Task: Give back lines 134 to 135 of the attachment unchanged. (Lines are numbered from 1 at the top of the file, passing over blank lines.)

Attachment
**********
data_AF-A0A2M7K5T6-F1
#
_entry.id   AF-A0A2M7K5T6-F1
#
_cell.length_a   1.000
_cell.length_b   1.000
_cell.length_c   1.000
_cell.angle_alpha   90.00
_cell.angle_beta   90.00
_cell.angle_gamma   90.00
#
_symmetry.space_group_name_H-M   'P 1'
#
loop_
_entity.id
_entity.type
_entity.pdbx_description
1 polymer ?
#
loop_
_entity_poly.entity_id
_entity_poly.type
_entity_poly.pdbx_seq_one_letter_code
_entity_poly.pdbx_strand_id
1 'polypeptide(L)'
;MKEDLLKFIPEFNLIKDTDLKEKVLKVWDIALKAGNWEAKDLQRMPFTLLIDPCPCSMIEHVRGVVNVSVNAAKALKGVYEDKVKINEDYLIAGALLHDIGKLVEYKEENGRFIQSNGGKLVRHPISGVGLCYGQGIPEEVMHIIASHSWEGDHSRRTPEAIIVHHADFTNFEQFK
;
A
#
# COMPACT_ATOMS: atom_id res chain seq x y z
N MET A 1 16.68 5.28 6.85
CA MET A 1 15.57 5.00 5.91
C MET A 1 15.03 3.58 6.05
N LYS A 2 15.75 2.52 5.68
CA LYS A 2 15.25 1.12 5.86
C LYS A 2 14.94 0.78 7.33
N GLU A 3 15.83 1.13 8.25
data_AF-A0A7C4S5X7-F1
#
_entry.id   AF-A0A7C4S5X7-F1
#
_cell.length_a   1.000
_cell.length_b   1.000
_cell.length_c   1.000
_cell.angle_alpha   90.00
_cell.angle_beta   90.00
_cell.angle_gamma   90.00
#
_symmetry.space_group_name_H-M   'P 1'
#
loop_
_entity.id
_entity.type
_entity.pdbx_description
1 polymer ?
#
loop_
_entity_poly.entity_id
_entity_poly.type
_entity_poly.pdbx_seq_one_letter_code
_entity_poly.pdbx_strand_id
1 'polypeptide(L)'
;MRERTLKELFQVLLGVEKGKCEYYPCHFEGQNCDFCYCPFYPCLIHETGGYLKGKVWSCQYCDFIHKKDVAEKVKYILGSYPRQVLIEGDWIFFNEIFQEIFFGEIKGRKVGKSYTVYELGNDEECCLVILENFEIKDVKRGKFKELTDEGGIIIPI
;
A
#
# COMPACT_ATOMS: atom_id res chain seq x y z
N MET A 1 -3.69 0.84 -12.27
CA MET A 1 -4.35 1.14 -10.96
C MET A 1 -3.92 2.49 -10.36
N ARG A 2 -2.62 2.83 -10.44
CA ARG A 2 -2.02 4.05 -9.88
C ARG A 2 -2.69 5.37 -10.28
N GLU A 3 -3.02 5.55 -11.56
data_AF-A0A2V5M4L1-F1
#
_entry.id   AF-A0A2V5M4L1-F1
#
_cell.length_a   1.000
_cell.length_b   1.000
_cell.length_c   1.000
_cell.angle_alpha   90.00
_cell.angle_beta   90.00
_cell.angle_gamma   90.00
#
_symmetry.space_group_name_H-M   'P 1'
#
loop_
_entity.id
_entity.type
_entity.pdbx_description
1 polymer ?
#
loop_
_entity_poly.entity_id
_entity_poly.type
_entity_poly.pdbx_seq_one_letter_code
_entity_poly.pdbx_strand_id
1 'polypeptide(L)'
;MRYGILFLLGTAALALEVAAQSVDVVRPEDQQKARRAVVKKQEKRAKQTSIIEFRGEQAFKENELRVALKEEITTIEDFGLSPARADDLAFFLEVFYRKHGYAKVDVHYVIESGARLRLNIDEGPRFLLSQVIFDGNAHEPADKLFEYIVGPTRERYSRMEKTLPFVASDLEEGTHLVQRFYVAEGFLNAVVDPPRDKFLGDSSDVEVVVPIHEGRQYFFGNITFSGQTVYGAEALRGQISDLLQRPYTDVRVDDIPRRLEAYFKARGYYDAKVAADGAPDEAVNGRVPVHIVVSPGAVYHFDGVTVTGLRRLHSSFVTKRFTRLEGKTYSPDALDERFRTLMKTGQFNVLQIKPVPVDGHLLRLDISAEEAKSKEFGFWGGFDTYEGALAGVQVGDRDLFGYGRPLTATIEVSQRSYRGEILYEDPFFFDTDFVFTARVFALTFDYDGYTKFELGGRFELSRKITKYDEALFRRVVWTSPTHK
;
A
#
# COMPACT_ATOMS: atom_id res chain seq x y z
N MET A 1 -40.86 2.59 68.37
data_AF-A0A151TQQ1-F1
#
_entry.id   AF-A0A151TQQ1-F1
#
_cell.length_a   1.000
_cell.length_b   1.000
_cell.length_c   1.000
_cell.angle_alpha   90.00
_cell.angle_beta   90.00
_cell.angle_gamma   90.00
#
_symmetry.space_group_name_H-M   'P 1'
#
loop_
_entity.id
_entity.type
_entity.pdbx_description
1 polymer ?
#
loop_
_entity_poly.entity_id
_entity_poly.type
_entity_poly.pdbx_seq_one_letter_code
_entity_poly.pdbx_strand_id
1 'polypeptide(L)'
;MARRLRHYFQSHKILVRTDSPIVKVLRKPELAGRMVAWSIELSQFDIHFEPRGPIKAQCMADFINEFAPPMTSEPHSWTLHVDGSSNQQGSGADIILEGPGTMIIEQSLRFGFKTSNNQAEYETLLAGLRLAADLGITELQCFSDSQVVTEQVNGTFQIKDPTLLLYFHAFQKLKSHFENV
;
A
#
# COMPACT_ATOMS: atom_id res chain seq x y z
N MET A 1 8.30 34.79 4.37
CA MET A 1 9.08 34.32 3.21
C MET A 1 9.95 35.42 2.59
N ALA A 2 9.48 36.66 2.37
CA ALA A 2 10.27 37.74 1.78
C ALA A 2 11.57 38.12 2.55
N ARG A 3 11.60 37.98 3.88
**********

#
# COMPACT_ATOMS: atom_id res chain seq x y z